Pseudorandom Knowledge

E-mail address validation ad nauseam

Validating e-mail addresses is kind of a bike shed problem. If you search for a solution on the Internet you will find endless amounts of regular expressions and discussions. For example: [1] [2] [3] [4] [5] [6] [7] [8] [9]

There are three reasons I can think of for why we want to validate an e-mail address. We want to catch users who:

  1. Input malicious data
  2. Don’t want to give us their real e-mail address
  3. Make mistakes

E-mail addresses falls under the same category as all other user inputted data. You cannot trust it. You should check whether your SMTP client will handle it properly or if you need to sanitize the input beforehand.

If we have users who doesn’t want to give us their real e-mail address we should consider whether to require an e-mail address at all. However, if we do need it the only way we can be sure is to send an e-mail to the user with a unique verification URL that they can visit.

Sending verification e-mails is also the only way to make sure users haven’t made mistakes when they enter their e-mail address. Since it is possible to mistype an e-mail address in such a way that the result is a valid e-mail address. For example, if you mistype as it is still valid even if it is wrong.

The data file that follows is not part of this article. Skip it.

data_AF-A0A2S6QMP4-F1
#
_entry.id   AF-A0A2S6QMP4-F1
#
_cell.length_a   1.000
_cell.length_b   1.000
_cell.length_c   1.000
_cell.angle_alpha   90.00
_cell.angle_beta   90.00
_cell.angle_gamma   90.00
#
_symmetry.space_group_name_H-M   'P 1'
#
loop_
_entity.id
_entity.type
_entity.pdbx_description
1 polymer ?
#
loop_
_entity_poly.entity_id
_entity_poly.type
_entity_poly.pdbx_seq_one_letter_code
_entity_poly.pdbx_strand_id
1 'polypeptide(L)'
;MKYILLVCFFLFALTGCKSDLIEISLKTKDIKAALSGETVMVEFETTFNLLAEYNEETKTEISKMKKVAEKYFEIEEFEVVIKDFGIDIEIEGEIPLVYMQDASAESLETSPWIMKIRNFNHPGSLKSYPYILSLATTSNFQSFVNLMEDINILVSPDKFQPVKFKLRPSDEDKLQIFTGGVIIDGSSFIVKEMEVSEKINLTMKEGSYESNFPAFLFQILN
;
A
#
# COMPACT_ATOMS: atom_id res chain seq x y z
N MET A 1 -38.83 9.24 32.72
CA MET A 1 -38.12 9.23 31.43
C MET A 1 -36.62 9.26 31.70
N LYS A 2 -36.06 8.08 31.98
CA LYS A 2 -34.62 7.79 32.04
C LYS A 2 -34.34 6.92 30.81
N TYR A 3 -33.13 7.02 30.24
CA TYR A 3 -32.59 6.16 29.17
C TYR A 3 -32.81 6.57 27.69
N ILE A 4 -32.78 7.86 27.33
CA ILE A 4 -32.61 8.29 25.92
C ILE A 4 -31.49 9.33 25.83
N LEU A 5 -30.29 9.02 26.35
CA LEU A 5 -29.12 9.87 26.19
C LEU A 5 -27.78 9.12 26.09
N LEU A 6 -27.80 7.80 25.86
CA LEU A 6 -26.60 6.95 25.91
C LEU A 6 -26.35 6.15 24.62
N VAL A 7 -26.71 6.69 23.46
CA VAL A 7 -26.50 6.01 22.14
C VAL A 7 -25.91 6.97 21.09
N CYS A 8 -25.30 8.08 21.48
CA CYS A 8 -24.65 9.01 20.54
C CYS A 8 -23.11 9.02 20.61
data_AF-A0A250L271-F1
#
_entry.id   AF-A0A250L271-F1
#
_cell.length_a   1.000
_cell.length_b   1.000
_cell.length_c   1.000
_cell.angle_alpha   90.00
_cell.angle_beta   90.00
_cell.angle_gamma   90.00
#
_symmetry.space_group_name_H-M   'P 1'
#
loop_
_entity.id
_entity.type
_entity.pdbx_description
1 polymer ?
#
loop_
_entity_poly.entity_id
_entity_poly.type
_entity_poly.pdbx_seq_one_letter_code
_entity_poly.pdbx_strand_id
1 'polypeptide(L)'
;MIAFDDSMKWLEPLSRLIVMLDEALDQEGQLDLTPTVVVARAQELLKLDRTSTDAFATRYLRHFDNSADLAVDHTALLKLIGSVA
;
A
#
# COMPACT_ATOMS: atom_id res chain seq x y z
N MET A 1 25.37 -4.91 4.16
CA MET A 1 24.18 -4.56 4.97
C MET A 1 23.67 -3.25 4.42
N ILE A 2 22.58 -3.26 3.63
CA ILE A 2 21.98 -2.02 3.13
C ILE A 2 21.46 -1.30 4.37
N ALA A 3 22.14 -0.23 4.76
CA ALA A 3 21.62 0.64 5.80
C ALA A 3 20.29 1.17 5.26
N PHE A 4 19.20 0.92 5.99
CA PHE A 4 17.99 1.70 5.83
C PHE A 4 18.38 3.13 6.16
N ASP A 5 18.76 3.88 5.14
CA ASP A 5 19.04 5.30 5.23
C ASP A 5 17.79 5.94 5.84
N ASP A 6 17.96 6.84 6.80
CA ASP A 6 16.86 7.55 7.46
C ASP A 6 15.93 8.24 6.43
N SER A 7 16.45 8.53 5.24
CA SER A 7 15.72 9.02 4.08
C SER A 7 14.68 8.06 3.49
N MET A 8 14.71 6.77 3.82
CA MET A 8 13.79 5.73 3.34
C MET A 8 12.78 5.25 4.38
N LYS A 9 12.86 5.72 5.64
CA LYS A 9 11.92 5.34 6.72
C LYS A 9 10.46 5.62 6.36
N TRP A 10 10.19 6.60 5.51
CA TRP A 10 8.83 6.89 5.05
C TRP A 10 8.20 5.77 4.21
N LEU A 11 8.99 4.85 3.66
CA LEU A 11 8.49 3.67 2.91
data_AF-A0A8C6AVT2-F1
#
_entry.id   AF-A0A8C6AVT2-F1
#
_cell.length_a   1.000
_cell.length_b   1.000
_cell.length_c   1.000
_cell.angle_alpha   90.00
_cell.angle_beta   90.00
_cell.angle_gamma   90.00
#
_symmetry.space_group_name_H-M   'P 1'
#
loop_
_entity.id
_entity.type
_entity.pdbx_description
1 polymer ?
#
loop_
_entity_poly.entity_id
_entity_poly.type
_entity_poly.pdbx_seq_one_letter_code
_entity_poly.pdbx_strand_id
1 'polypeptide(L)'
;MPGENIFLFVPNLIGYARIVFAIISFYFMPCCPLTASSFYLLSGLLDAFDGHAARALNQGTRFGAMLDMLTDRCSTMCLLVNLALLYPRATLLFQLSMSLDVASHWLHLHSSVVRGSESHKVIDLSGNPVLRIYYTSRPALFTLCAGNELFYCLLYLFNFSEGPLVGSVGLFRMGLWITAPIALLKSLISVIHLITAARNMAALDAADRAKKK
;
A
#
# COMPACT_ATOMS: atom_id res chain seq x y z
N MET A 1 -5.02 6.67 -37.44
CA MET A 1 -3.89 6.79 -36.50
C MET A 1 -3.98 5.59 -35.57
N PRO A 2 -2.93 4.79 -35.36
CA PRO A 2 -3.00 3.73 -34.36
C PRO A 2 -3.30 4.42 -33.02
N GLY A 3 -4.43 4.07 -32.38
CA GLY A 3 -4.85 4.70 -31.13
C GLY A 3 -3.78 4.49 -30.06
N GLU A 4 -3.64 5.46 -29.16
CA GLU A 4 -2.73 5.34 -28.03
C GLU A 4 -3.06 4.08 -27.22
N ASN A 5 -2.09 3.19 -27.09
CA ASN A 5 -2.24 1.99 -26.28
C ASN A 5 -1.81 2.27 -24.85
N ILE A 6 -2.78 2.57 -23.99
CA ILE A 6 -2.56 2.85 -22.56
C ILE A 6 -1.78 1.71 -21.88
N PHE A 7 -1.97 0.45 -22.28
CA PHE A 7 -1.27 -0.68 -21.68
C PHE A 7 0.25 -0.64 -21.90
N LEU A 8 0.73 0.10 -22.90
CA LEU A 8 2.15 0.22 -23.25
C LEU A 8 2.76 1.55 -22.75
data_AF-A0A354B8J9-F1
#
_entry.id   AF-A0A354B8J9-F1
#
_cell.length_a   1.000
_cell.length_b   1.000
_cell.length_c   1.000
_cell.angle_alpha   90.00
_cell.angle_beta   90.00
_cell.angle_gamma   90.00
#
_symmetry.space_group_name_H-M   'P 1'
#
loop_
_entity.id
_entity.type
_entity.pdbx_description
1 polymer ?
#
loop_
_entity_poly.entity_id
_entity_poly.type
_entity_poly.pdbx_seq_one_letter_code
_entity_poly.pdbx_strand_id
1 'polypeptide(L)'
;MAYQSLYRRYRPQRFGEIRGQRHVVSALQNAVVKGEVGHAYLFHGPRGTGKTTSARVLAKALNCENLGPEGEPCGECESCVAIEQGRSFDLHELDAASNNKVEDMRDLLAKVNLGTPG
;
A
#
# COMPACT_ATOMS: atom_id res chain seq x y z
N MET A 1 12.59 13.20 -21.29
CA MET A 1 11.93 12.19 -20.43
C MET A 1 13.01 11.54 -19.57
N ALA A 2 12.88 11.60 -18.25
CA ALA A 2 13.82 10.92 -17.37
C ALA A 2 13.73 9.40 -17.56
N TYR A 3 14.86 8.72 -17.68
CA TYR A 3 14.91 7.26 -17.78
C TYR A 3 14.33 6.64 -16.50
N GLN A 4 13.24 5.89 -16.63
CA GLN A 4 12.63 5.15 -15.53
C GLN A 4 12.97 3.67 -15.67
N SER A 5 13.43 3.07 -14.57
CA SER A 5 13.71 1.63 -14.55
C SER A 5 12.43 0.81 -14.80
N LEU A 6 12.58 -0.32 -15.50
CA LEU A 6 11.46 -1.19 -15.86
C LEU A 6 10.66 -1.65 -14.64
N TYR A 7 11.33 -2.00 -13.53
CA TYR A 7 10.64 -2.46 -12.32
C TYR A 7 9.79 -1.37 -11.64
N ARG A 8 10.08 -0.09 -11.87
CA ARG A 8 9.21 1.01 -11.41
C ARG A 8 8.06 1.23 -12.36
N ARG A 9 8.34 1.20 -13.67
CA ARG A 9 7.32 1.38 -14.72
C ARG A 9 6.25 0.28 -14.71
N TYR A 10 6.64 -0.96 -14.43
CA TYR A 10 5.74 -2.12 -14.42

Finally we have the scenario where a user mistypes his e-mail address in such a way that the result is not a valid e-mail address. This is the only situation where it is helpful to validate that the string a user has entered is a valid e-mail address.

This simple problem can easily take up way too much of your time. There will always be a tradeoff between accepting invalid e-mail addresses and rejecting valid e-mail addresses. Complex regular expressions are hard to debug. Using proper libraries to parse the address is better but may not be available both client and server side.

I suggest doing something simple that takes little time to implement, little time to debug, accepts all valid e-mail addresses and still rejects the input if the user misunderstands and puts in his postal code or shoe size. I suggest this:

if (email.indexOf("@") != -1)

And the bike shed should be purple.